Expanding Policy Imagination in Political Economy: Three Fevers and Two Tonics from Historical Sociology

    Research output: Working paperResearch

    Abstract

    Much of the literature in political economy seeks to capture an essential insight into the evolution of political and economic systems to provide a foundation for policy advice. This article suggests that attempts to nut out the kernels of change often restrict rather than expand policy imagination. Three "fevers" are identified as involved in the narrowing of policy imagination and two "tonics" are offered to widen it. The three fevers are: 1. viewing the present as natural; 2. seeing history as overtly path dependent; and 3. viewing history as driven by "Great Men". These fevers limit our capacity to see political, social, and economic changes that do not conform to conventional theories, as well as distorting our understanding of how the contemporary world works. What policymakers want, more than prediction or recitation of conventional theories, is context to understand how policy can be implemented. Historical sociology provides a way to generate information about contextual constellations through two "tonics": intentional rationality and social mechanisms. With the assistance of these tonics, historical sociology widens political economy's policy imagination.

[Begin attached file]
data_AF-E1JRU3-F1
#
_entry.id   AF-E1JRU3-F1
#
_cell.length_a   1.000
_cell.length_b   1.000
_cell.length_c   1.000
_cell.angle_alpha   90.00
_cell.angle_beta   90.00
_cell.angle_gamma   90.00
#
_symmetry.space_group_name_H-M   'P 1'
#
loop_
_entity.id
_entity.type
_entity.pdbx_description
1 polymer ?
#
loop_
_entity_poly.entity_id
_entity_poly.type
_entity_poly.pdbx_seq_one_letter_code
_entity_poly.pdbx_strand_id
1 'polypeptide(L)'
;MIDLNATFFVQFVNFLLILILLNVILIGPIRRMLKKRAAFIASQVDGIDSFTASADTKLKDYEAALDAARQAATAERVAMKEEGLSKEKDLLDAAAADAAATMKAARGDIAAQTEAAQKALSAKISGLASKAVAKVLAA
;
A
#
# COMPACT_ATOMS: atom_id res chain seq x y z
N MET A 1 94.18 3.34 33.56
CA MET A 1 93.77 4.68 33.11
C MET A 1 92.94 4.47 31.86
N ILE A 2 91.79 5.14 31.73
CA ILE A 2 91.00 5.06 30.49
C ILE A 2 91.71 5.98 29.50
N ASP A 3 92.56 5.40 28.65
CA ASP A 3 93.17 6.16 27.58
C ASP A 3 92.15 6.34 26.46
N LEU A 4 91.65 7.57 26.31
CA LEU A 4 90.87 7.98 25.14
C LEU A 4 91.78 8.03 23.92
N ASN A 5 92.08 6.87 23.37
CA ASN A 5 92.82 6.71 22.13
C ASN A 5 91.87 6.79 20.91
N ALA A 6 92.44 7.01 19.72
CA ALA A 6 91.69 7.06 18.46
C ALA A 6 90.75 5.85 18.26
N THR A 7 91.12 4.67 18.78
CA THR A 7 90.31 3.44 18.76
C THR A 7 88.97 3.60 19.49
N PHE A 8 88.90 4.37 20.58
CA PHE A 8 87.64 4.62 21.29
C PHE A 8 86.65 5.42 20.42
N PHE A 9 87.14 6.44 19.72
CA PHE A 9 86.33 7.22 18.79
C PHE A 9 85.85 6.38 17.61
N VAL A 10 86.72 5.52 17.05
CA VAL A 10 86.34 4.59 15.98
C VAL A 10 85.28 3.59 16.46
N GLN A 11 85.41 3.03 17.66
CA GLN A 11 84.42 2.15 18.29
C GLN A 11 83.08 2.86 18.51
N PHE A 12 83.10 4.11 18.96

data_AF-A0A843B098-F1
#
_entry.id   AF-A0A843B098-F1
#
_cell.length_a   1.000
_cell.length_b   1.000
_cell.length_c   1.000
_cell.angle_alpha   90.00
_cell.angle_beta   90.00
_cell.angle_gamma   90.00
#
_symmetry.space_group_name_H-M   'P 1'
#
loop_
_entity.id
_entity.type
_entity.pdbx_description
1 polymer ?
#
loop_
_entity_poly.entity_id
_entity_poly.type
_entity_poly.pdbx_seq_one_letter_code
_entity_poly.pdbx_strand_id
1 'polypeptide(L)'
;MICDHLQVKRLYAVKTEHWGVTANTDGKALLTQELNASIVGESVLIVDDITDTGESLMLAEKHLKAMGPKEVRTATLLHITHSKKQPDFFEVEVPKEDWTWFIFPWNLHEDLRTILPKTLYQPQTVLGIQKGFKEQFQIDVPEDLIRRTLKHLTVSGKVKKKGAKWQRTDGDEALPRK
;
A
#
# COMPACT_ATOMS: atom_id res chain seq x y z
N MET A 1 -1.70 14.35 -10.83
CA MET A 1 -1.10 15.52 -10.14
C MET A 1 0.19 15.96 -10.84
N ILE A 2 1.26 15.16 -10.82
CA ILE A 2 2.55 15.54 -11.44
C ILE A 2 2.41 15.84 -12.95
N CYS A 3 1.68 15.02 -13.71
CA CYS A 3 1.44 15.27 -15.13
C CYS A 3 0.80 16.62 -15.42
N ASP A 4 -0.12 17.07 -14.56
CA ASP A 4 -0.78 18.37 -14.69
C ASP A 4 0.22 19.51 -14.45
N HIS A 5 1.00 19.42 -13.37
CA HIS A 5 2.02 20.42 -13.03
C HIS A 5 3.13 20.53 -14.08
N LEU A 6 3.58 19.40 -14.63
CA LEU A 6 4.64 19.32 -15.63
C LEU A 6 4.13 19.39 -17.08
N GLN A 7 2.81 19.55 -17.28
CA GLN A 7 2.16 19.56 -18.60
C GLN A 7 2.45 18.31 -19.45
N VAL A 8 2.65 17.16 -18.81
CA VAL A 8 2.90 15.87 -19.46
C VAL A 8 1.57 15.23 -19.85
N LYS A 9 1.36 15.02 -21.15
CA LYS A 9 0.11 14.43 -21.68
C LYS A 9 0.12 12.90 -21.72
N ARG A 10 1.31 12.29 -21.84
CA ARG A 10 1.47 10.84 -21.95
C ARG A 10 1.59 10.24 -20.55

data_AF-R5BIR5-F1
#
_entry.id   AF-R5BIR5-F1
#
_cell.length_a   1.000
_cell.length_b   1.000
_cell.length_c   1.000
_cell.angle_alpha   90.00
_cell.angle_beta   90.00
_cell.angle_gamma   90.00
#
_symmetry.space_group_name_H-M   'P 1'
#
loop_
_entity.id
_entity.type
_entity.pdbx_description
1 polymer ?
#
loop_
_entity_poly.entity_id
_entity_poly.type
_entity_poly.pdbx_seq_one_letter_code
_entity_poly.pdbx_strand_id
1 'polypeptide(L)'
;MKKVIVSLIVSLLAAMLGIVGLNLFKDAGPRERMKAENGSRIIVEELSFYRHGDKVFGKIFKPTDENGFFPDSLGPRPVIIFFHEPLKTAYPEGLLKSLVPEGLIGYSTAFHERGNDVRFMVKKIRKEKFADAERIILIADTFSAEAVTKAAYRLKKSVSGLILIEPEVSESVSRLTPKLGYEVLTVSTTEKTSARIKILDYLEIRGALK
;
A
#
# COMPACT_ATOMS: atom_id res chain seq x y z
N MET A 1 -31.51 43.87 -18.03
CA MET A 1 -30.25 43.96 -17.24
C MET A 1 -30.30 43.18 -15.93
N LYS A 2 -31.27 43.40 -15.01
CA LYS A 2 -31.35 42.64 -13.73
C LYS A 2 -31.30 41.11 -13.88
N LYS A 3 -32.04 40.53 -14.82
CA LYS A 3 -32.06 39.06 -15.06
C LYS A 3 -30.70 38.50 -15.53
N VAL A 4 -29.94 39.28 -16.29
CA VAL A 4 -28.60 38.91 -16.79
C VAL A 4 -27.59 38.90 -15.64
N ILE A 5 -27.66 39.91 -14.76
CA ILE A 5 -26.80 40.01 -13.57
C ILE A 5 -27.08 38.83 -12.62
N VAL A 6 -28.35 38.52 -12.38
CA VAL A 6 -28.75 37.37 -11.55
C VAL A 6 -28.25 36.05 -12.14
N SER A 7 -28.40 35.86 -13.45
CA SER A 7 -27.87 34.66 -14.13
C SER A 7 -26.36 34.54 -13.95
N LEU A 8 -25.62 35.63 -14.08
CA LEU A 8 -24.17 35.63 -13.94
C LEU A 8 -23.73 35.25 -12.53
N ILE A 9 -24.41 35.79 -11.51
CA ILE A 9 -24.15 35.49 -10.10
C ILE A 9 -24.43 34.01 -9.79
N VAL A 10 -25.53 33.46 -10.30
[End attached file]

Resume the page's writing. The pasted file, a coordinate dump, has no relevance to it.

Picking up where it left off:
Much of the literature in political economy seeks to capture an essential insight into the evolution of political and economic systems to provide a foundation for policy advice. This article suggests that attempts to nut out the kernels of change often restrict rather than expand policy imagination. Three "fevers" are identified as involved in the narrowing of policy imagination and two "tonics" are offered to widen it. The three fevers are: 1. viewing the present as natural; 2. seeing history as overtly path dependent; and 3. viewing history as driven by "Great Men". These fevers limit our capacity to see political, social, and economic changes that do not conform to conventional theories, as well as distorting our understanding of how the contemporary world works. What policymakers want, more than prediction or recitation of conventional theories, is context to understand how policy can be implemented. Historical sociology provides a way to generate information about contextual constellations through two "tonics": intentional rationality and social mechanisms. With the assistance of these tonics, historical sociology widens political economy's policy imagination.
    LanguageEnglish
    Place of PublicationKøbenhavn
    Number of pages21
    StatePublished - 2006

    Keywords

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